Should the 50 + 1 Rule be Brought to the Premier League?
The 50 + 1 rule, most famously found in German football, is the process that prevents private investors from taking over clubs. Rules in the German Football League states that commercial investors cannot have more than a 49% stake otherwise the club would not be allowed to play in the league.
This means that fans have a 50% ownership of a club and have the right to vote on all club initiatives.
Private ownership was strictly prohibited in German football until as late as 1998, maintaining the long-standing tradition of German teams being not-for-profit largely run by members.
With the introduction of private investment, the 50 + 1 rule was implemented in the same year. This rule has managed to keep debt under control and allows player wages and ticket prices to stay relatively low.
But would the 50 + 1 rule work in a league such as the Premier League where most clubs have a majority owner?
The 50 + 1 rule is an example of how a club’s respect for their fans can lead to better engagement. With lower ticket prices than a majority of the other top leagues in Europe, German teams see a consistently big turnout at games. In fact, Bundesliga teams make up ten of the top 30 average attendances in the European leagues.
Borussia Dortmund have an average attendance of 80,830 and rivals Bayern Munich have an average crowd of 75,000. These high numbers can be largely credited to German football refusing to price regular fans out of football.
The average price for the cheapest tickets in the Premier League are roughly £29 whereas the average price for a Bundesliga ticket is €10, with the most expensive being €18.50 for the most in-demand tickets in Borussia Dortmund’s Yellow Wall.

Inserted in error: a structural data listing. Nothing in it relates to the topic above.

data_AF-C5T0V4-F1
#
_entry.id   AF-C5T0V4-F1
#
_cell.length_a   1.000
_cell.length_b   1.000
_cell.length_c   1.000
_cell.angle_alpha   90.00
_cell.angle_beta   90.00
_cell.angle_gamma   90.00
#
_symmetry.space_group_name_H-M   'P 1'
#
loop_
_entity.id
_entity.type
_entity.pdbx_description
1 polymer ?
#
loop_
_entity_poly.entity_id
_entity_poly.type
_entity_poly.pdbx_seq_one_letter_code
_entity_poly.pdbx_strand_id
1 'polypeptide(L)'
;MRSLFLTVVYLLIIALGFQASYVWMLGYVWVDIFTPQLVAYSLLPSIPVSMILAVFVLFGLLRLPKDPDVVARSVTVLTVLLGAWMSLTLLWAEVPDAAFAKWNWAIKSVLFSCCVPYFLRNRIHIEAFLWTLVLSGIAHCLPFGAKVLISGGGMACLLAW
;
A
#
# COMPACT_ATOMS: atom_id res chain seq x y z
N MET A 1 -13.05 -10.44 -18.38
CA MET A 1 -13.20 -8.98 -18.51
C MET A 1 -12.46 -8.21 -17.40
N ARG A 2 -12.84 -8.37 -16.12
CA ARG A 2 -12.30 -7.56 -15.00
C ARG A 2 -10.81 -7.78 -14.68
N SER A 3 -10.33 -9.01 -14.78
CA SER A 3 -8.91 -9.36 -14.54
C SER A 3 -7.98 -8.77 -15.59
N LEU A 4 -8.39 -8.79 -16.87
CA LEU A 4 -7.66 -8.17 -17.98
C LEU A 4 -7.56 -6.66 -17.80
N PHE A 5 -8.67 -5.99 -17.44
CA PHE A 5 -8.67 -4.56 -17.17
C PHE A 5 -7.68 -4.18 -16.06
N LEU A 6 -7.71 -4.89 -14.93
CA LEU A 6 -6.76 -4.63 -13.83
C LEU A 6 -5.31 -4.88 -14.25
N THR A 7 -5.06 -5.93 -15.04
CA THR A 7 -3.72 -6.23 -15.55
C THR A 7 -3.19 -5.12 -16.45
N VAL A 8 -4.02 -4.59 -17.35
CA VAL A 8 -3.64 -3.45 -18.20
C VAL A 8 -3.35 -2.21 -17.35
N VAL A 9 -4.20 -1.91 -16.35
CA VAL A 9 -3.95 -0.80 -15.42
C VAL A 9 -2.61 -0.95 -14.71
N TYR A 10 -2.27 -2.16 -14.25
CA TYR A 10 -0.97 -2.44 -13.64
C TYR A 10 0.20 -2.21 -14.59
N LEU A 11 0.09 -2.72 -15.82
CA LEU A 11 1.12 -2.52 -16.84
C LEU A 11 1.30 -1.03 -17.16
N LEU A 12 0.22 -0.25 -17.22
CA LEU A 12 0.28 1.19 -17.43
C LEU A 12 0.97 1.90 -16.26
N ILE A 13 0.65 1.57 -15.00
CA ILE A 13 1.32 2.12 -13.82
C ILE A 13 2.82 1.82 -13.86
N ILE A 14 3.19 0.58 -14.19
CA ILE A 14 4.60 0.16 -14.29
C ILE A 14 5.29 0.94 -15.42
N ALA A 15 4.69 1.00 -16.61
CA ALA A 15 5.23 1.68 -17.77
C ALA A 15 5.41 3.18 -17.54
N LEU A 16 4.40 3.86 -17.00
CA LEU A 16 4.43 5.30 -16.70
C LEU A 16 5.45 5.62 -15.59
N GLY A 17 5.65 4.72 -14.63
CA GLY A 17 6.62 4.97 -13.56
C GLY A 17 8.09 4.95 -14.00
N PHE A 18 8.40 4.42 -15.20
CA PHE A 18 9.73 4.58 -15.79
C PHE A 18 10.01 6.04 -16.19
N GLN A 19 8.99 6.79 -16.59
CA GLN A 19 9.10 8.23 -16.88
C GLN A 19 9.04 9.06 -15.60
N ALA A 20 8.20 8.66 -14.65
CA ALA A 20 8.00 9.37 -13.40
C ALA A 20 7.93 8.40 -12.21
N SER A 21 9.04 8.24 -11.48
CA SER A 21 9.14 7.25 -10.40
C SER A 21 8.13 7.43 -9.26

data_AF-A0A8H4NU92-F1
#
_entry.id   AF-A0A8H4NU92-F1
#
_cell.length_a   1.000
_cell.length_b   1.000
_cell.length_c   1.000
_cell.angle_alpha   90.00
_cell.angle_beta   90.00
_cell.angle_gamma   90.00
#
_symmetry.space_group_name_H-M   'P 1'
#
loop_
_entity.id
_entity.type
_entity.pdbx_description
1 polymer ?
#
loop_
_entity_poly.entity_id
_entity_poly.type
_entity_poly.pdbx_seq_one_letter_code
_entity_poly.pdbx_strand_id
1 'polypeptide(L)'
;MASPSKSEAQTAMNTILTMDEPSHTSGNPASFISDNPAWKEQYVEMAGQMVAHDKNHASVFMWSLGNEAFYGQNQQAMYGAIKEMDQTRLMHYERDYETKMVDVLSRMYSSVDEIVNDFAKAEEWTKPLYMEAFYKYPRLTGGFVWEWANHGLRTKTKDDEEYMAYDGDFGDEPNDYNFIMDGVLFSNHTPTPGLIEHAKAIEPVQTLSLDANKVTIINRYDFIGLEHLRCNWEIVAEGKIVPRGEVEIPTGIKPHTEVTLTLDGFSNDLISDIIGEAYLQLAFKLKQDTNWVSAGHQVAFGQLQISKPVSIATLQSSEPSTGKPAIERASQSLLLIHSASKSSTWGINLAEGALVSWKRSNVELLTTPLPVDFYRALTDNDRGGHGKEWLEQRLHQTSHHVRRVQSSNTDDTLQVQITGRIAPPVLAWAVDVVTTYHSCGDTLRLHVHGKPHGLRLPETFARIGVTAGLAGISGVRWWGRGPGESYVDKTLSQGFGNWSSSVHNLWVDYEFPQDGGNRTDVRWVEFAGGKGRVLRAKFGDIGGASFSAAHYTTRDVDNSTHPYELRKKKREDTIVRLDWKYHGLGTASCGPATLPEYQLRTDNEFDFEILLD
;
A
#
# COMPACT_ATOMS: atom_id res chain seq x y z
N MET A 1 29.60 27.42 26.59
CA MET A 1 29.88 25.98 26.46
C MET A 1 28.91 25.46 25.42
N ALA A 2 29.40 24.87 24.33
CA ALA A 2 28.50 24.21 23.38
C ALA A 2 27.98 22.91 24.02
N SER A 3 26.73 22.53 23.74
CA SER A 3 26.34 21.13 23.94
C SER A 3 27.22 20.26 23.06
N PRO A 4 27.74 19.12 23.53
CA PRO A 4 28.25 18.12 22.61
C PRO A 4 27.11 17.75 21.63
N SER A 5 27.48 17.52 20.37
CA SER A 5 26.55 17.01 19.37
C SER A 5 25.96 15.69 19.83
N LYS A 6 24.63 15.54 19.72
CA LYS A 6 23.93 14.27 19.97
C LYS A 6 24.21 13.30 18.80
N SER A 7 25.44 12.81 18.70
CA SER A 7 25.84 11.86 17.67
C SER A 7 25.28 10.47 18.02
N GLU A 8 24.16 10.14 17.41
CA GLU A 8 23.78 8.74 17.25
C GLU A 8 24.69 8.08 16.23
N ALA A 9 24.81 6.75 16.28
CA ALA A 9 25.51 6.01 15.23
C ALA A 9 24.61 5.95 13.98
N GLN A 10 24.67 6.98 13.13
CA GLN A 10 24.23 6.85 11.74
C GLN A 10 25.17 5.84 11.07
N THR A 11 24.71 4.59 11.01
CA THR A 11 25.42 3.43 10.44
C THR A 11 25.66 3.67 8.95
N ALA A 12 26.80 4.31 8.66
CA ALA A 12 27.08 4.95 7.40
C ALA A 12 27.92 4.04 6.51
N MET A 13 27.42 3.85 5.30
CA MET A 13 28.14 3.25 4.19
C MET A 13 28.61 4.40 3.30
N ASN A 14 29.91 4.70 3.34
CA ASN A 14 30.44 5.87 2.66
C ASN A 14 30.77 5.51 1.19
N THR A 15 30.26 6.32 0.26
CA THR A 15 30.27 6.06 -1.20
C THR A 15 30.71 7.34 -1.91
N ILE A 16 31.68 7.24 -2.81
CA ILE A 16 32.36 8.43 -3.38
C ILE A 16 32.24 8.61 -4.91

The disparity is even greater with season ticket prices with the cheapest Premier League season ticket being £299 and the most expensive Bundesliga season ticket being just €240 at Borussia Dortmund.
The respect for fans is at the core of 50 + 1 with Borussia Dortmund CEO saying that if the German spectator gets the feeling that he’s no longer regarded as a fan but instead as a customer, "we'll have a problem”.
The European Super League
The explosion of conversation surrounding whether the 50 + 1 rule should be implemented in England was the European Super League.
Originally proposed as a seasonal competition that would feature football from only football’s top clubs. The 12 clubs that joined were Arsenal, Chelsea, Tottenham, Atletico Madrid, Real Madrid, Barcelona, Liverpool, Manchester United, Manchester City, Inter Milan, AC Milan and Juventus. Notably, there were no German clubs involved, despite having some of the top teams in Europe like Borussia Dortmund and Bayern Munich.
The League, and chairman Florentino Perez, stated that a league such as the European Super League would help the economic growth of European football significantly and provide additional financial resources for the entire football pyramid. The league would have uncapped solidarity payments, appeal to the younger generation of football fans and improve key aspects like refereeing and VAR.
The creation of a league that had a primary goal of generating more revenue and didn’t have relegation, which guaranteed that the same clubs would continue to benefit financially, perfectly encapsulated the journey football had taken from a fan-led sport to a corporate money machine.
Fan protests ensued, with Chelsea fans getting their game against Brighton delayed after their protest outside Stamford Bridge held up the team bus and questioned Petr Cech. Following this protest, Chelsea became the first team to pull out of the Super League, with most of the other 12 following.
The overwhelming outcry against the Super League even caught the attention of the British government. In response, the government began to explore ways to give football fans more influence in their clubs in order to prevent more breakaway attempts that disregard what fans want.
A push like this from the government may be the only way for 50 + 1 to be implemented, as the Premier League has a different governing structure which could make it difficult for any changes.
Would it Work?
It is hard to say if the 50 + 1 rule would work in the Premier League due to the sheer number of clubs in majority ownership. These clubs would have a hard time shifting this ownership in order to accommodate a 50% share for fans. Along with this, the 50 + 1 rule also tends to push potential investors away.
However, the potential to have a league with sustainable ticket prices for fans and a better hold on debt for clubs would be a massive sign to fans that the game still cares about them rather than just their financial investment into the club.
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